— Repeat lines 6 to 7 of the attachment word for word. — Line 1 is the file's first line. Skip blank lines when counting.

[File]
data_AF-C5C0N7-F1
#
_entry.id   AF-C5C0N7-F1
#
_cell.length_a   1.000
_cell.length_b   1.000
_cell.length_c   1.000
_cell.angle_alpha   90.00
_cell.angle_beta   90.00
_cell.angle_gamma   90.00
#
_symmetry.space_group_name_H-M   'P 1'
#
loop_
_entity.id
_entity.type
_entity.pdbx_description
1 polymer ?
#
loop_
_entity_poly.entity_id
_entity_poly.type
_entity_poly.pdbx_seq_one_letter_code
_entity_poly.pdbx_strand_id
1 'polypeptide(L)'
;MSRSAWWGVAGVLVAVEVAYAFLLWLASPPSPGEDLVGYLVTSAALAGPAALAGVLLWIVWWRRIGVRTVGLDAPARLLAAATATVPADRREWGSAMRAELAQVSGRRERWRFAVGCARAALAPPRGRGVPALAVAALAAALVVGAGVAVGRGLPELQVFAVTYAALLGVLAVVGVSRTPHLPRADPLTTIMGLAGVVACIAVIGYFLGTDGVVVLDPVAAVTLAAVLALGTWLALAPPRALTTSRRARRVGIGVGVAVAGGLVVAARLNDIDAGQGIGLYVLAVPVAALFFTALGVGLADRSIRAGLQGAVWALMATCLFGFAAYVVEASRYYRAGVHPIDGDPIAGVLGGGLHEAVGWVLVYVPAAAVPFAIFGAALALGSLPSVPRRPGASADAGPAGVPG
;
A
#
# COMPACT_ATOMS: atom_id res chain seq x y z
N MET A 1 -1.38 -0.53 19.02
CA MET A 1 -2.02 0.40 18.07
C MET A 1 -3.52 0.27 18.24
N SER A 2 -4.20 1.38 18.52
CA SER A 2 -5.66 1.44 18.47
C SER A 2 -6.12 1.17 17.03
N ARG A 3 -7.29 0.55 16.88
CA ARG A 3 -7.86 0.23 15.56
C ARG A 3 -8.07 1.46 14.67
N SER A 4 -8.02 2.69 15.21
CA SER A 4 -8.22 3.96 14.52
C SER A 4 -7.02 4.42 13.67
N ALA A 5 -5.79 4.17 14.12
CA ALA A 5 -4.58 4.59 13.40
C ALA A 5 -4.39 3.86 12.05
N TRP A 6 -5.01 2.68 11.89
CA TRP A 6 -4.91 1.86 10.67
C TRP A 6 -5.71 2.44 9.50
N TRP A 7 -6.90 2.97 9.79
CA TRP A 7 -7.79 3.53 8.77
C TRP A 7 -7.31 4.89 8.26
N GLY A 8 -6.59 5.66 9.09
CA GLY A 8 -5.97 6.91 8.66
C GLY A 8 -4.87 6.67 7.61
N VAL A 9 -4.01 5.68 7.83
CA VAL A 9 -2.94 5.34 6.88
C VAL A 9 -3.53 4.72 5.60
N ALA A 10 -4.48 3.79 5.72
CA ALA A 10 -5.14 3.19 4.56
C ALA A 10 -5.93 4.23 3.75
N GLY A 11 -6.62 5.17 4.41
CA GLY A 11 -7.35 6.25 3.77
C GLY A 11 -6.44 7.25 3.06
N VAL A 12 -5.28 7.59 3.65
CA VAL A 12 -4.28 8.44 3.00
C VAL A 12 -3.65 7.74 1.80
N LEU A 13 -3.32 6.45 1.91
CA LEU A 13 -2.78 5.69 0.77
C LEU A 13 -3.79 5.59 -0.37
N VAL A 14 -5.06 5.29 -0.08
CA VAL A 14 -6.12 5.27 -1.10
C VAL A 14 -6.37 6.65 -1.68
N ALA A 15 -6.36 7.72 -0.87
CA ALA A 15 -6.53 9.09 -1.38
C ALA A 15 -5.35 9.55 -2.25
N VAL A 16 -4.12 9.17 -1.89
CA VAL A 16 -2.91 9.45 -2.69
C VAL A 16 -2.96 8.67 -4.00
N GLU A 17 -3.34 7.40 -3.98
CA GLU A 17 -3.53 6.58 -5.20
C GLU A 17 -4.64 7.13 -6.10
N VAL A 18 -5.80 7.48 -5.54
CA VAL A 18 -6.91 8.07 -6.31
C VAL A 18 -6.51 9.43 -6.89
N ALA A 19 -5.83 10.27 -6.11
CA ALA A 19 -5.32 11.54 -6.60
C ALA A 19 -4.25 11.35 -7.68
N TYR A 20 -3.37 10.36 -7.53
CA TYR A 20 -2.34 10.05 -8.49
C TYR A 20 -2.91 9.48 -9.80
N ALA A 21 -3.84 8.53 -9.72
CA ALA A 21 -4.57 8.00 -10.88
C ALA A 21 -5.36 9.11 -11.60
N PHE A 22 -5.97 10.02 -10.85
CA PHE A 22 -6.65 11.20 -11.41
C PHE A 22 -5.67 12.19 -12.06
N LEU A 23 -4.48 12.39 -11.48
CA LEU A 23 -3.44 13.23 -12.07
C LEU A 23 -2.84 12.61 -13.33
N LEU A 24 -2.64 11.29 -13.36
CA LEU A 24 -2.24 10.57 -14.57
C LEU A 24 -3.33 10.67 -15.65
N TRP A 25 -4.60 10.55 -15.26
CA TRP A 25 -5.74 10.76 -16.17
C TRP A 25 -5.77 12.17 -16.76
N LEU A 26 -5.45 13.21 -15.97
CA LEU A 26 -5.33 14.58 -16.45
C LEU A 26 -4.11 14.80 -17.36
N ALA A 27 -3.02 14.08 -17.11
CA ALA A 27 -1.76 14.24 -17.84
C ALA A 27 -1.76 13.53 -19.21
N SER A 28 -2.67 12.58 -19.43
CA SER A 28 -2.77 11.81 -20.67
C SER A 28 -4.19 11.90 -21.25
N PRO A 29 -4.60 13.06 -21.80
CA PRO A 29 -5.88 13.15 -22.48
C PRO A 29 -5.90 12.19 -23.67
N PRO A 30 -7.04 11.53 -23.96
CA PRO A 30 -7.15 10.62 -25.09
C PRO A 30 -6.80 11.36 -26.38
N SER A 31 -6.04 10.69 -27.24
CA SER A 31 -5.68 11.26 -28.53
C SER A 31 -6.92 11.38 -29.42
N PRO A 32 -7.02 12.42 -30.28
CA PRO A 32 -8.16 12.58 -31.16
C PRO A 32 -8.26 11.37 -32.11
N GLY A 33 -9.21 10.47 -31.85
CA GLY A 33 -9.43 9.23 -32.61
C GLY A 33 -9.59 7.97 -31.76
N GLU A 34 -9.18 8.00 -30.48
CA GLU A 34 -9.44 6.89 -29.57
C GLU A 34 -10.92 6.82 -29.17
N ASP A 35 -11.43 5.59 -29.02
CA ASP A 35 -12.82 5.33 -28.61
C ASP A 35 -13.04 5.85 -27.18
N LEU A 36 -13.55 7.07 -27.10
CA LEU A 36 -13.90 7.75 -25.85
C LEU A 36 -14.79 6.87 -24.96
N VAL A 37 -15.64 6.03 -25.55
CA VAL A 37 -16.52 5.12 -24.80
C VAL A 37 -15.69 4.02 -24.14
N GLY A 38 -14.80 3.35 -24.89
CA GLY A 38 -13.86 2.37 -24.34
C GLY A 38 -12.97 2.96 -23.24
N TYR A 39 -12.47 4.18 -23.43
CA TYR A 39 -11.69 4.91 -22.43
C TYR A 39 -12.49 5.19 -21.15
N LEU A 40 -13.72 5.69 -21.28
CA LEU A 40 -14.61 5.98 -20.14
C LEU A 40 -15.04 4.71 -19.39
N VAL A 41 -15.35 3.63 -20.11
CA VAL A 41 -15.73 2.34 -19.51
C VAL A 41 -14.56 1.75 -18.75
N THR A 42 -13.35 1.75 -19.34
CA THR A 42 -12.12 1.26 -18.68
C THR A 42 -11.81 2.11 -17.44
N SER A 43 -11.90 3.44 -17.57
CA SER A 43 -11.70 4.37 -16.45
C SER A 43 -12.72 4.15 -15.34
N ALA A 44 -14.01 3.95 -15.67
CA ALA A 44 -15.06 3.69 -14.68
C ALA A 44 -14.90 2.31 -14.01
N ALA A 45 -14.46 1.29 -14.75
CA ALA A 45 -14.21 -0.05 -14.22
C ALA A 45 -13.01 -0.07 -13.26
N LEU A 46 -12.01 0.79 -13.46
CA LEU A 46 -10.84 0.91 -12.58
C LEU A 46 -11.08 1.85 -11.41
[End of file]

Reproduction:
_cell.length_b   1.000
_cell.length_c   1.000